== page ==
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Golden Gate Xpress

The Student News Site of San Francisco State University

Golden Gate Xpress

The Student News Site of San Francisco State University

Golden Gate Xpress

SF family opens new Palestinian restaurant after fire at Mission location

While community favorite Old Jerusalem has been closed since July, owners venture into the Haight with new joint

Family owners of Old Jerusalem Restaurant opened a new location after they were forced to close, following an accidental fire over the summer. The new restaurant, Abu Salim Middle Eastern Grill, opened in the Haight on Oct. 20, restoring access to a longtime community favorite.

Owner Salim Nasser said the new restaurant is named after his father, Abu Salim, who opened Old Jerusalem Restaurant 16 years ago. Locals said Old Jerusalem became a go-to spot for locals and students, and after July 4 street fireworks set the location on fire, community-generated funds went to helping them reconstruct.

Many members of Nasser family, as well as other staff, were out of work from July until the opening of Abu Salim Middle Eastern Grill, said Sammahar Nasser, Salim’s sister and former manager at Old Jerusalem.

“It’s been there for 15 years, and my dad never, not one day, didn’t go in,” Sammahar said. “So then it was just hard for us to take a step back and be patient and wait for us to go back.” 

The family was already hoping to open a new restaurant, Sammahar said, but her father was having trouble finding a location that was “a perfect fit.” That is, until he landed the Haight Street vacancy just after Old Jerusalem closed for repair. 

“We’re just lucky to have an opportunity to do this again, to have something for everyone,” Sammahar said. “To give jobs back to the employees that we had, because we did take the Old Jerusalem employees and brought them back to Abu Salim’s.”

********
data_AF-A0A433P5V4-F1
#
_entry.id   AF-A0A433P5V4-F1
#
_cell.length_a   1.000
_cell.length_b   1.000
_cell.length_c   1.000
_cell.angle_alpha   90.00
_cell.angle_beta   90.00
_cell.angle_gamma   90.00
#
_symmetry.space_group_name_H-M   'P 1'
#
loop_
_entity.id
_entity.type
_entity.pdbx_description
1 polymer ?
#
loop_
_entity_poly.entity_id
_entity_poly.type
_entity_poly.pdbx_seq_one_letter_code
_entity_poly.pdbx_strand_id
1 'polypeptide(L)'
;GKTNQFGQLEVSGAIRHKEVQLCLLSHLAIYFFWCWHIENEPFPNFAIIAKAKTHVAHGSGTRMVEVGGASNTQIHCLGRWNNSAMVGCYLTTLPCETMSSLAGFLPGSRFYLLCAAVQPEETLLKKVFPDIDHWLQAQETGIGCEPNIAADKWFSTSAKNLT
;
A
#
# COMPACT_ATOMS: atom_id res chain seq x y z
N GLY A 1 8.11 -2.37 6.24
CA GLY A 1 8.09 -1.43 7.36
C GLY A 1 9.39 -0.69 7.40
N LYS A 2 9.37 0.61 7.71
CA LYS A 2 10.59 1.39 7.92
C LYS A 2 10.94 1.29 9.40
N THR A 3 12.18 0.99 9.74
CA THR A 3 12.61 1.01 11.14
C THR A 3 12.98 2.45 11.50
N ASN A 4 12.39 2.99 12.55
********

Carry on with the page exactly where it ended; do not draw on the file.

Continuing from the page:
Although the Nassers were able to revive their business with a quick turnaround, others in San Francisco have not been so lucky. Since the start of COVID-19-related shutdowns, over 50% of business storefronts in San Francisco have closed, according to a survey by the San Francisco Chamber of Commerce. 

“It’s sad to see the Mission go down and businesses closing. I don’t even think a lot of the restaurants will reopen,” Sammahar said. “It’s harder now during COVID, but we’re very lucky to be in the situation that we are today. We’re able to open Old Jerusalem again, and just to keep the name going and bring the community back together.”

Salim said expanding his family’s business is even more meaningful during a time where much of the city’s locally owned businesses are struggling or disappearing due to ongoing gentrification.

“We gotta battle with the big companies,” Salim said. “In San Francisco, we have great people that love to support local mom and pop restaurants and businesses, so that’s always great. Once they find a spot, they tend to stick to it and they tend to spread the word. We want to keep San Francisco one of the most authentic cities there is to this day.”

Co-owner Charlie Sirhed said opening the restaurant was a positive experience, and that the Haight community has welcomed the new addition to the neighborhood.

Abu Salim Middle Eastern Grill is located at 1599 Haight St. and is open for take out only, as of December’s updated coronavirus restrictions. Old Jerusalem Restaurant is expected to open by the end of the year. 

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Emily Curiel
Emily lives life through a viewfinder. She has a hummingbird superstition and spends most of her down time playing the mobile app game called Two Dots, she’s sort of obsessed. She eats a lot of hamburgers and pets a lot of animals when she can. She’s a sucker for museums, sports, chocolate and anything artsy that’s hands on. Her career goal, to put it simple, as the great Warren Buffett said, is to find a job that she loves so she doesn’t have to work a day in her life. She wants to be a great photojournalist, who is well-paid, so she may be able to live comfortably with good health insurance. Emily wants to be able to enlighten society in a more positive way through her photographs and storytelling. Dorothea Lange once said, “The camera is an instrument that teaches people how to see without a camera.” This is what Emily wants to embody and hopes she can do so in the field of journalism. You can find more of her work here.

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SF family opens new Palestinian restaurant after fire at Mission location